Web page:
Types of Implants
Ocular implants provide surgeons with porous biocompatible implants for orbital reconstruction following enucleation. and evisceration . procedures. Surgeons may select from sphere implant diameters of 14mm to 22mm. A resterilizable sizer set is available for selecting the appropriate implant diameter at the time of surgery. It may possibly be easily shaped with a scalpel. Its lightweight property, the biocompatibility of the porous polyethylene, and the ability to place the implant deep in the socket contribute to the overall popularity of various implants. Motility may possibly be enhanced by suturing the extra ocular muscles directly to the implant or to an overlying fascia or scleral wrap. As with all orbital implants, it is important to have a tension free closure over the implant. There are many types of ocular implants used in reconstructive surgery… magnets, gold, silver, glass, silicone, cartilage, bone, fat, cork, titanium mesh, acrylics, wool, rubber, catgut, peat, agar, polyethylene, hydroxyapatite. Many of these implants are described below.
MEDPOR® is comprised of a lightweight, porous form of high-density polyethylene, a material with a long history of medical applications. Its unique, highly porous texture allows vessels to incorporate into the enhancement shape, integrating MEDPOR® into a patient’s tissues. The shape and size can be customized by your surgeon to fit your individual needs. MEDPOR® eliminates the need for grafts or silicone implants. In terms of orbital spheres, surgeons may possibly select from sphere implant diameters of 14 mm to 22 mm. A resterilizable sizer set is available for selecting the appropriate implant diameter at the time of surgery.
The Conical Orbital Implant (COI) ® was designed and developed to address numerous common problems associated with the correction of the anophthalmic socket. The COI® design provides removal of the anterior surface of the channels in the medial, lateral and inferior quadrants.
Bioceramic Orbital Implant are made of the porous, strong, non-brittle biomaterial alumina (Al2 03). These implants feature highly uniform interconnected pores of approximately 500mm in size. The extensive pore system enhances fibrovascular ingrowth which keeps the implant from migrating and allows the secure attachment of extraocular muscles, thereby improving implant motility.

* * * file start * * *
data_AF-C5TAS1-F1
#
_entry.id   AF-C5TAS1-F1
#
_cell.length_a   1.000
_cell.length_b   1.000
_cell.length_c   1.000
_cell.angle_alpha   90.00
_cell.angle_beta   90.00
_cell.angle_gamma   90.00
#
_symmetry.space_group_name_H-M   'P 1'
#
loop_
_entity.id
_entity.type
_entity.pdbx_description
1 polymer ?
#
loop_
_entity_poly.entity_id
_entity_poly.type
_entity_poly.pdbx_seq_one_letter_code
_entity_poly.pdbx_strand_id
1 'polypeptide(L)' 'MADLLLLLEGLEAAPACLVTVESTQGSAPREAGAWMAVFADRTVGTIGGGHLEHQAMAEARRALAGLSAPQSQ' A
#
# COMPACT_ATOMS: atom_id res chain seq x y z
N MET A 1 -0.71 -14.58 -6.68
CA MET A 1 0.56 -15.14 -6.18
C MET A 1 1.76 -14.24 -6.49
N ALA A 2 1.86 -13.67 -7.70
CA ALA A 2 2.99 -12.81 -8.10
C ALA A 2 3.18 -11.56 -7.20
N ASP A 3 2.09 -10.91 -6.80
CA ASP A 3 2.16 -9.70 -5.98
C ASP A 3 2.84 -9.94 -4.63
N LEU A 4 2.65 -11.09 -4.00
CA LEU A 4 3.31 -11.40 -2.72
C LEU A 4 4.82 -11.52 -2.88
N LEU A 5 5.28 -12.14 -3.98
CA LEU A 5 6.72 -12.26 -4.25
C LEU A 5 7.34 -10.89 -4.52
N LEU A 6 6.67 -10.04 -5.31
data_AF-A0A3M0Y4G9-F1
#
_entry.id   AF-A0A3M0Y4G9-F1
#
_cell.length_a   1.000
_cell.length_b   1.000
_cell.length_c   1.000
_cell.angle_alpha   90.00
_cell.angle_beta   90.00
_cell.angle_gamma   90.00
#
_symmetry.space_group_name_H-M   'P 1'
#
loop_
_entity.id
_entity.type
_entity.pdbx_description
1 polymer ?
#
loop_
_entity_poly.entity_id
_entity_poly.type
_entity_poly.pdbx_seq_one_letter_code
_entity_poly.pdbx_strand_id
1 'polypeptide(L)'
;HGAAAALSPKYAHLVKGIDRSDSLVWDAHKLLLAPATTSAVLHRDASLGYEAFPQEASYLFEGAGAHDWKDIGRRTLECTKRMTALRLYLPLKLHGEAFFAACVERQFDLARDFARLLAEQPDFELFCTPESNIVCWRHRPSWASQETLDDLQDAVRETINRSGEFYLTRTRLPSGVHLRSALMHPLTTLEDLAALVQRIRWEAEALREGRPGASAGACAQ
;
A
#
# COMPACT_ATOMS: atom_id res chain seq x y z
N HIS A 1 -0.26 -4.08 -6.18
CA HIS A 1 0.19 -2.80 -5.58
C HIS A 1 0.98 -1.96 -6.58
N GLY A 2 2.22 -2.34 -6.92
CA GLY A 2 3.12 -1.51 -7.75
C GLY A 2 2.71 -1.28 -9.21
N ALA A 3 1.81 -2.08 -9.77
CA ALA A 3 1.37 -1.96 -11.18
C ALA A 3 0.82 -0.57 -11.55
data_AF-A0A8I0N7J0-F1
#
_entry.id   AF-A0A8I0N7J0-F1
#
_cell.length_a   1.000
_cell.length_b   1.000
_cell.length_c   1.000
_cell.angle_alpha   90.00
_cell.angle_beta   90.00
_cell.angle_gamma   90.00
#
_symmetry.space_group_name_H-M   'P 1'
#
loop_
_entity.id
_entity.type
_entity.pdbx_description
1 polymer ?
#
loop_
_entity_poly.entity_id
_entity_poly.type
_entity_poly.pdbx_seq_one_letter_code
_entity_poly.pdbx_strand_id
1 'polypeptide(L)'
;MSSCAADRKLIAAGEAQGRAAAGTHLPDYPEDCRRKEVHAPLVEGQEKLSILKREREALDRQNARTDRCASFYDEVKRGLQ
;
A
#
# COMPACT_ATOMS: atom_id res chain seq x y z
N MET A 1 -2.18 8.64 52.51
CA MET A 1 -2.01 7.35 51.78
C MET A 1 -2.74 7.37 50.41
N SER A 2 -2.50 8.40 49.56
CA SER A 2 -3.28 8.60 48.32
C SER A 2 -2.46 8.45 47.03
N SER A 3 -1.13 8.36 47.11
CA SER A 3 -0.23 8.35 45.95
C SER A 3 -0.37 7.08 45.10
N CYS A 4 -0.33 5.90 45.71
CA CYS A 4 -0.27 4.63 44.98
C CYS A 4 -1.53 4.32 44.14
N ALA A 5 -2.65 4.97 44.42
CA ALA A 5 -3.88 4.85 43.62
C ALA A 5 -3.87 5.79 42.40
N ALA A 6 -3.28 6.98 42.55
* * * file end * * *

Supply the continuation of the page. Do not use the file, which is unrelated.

The Hydroxyapatite (HA) ocular implant is a spherical (ball-shaped) implant composed of natural coralline HA. It is used to replace the volume of the orbit when the eye is surgically removed, or as a replacement implant in patients with a poorly functioning, pre-existing implant. Historically, the use of nonporous synthetic ocular implants has led to complications such as exposure, extrusion, migration, infection, poor motility, and poor cosmesis.
The dermis-fat graft is composed of subcutaneous fat and overlying dermis. Its advantages include the fact that it is an autologous graft and, thus, lacks concerns for bio-compatibility in disease transmission. However, there is a certain degree of fat atrophy which may occur leading to some unpredictability related to loss of volume. Dermis fat graft may possibly be used as a primary procedure following primary reconstruction for orbital exenteration, as a low cost means to provide an orbital implant and in instances in which enucleation.
Dermis-fat graft is often performed early in childhood since the fat may possibly grow and provide stimulus for orbital growth. Dermis fat graft can also be used in numerous secondary procedures such as a replacement of an extruded orbital implant and correction of deep superior sulcus deformity. Surgeon may possibly choose one of several donor sites including the lower abdominal quadrant and the outer quadrant of the buttock. The graft is harvested with an attempt to minimize mechanical manipulation of the graft and to quickly insert the graft into the previously prepared recipient bed. Often the dermis has slight surgical modifications in order to create a dome shape to it which often provides better motility for the prosthetic implant. Complications from dermis fat graft include atrophy, central graft ulceration, granuloma formation, cyst formation, keratinization, hair growth, symblepharon, or/and donor site morbidity.